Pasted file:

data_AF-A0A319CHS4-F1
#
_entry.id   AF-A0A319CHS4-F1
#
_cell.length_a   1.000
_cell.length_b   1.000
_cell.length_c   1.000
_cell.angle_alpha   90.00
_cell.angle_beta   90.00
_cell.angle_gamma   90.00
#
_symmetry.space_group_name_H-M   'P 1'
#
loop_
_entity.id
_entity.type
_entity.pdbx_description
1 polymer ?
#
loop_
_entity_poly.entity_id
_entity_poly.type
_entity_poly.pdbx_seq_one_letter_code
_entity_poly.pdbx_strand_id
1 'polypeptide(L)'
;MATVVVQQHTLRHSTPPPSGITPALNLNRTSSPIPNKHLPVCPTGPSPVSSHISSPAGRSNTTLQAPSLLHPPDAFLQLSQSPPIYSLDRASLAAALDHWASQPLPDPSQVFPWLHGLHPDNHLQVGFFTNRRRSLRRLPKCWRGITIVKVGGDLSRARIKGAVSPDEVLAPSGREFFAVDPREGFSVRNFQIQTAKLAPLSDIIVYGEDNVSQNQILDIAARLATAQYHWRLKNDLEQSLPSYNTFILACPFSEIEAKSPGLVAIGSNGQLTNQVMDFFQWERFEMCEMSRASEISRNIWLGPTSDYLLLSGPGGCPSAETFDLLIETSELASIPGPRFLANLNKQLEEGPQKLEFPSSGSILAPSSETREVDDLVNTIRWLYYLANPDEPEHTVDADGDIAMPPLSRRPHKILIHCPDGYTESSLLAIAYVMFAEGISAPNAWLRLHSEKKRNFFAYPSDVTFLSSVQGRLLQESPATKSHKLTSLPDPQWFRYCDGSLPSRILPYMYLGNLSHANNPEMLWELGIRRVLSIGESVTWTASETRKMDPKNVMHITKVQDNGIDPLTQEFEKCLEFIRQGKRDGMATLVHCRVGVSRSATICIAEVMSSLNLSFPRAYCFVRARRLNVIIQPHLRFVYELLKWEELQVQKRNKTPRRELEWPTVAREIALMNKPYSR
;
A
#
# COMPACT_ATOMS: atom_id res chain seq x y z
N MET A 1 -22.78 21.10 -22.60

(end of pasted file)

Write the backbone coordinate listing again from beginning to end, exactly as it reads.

data_AF-A0A319CHS4-F1
#
_entry.id   AF-A0A319CHS4-F1
#
_cell.length_a   1.000
_cell.length_b   1.000
_cell.length_c   1.000
_cell.angle_alpha   90.00
_cell.angle_beta   90.00
_cell.angle_gamma   90.00
#
_symmetry.space_group_name_H-M   'P 1'
#
loop_
_entity.id
_entity.type
_entity.pdbx_description
1 polymer ?
#
loop_
_entity_poly.entity_id
_entity_poly.type
_entity_poly.pdbx_seq_one_letter_code
_entity_poly.pdbx_strand_id
1 'polypeptide(L)'
;MATVVVQQHTLRHSTPPPSGITPALNLNRTSSPIPNKHLPVCPTGPSPVSSHISSPAGRSNTTLQAPSLLHPPDAFLQLSQSPPIYSLDRASLAAALDHWASQPLPDPSQVFPWLHGLHPDNHLQVGFFTNRRRSLRRLPKCWRGITIVKVGGDLSRARIKGAVSPDEVLAPSGREFFAVDPREGFSVRNFQIQTAKLAPLSDIIVYGEDNVSQNQILDIAARLATAQYHWRLKNDLEQSLPSYNTFILACPFSEIEAKSPGLVAIGSNGQLTNQVMDFFQWERFEMCEMSRASEISRNIWLGPTSDYLLLSGPGGCPSAETFDLLIETSELASIPGPRFLANLNKQLEEGPQKLEFPSSGSILAPSSETREVDDLVNTIRWLYYLANPDEPEHTVDADGDIAMPPLSRRPHKILIHCPDGYTESSLLAIAYVMFAEGISAPNAWLRLHSEKKRNFFAYPSDVTFLSSVQGRLLQESPATKSHKLTSLPDPQWFRYCDGSLPSRILPYMYLGNLSHANNPEMLWELGIRRVLSIGESVTWTASETRKMDPKNVMHITKVQDNGIDPLTQEFEKCLEFIRQGKRDGMATLVHCRVGVSRSATICIAEVMSSLNLSFPRAYCFVRARRLNVIIQPHLRFVYELLKWEELQVQKRNKTPRRELEWPTVAREIALMNKPYSR
;
A
#
# COMPACT_ATOMS: atom_id res chain seq x y z
N MET A 1 -22.78 21.10 -22.60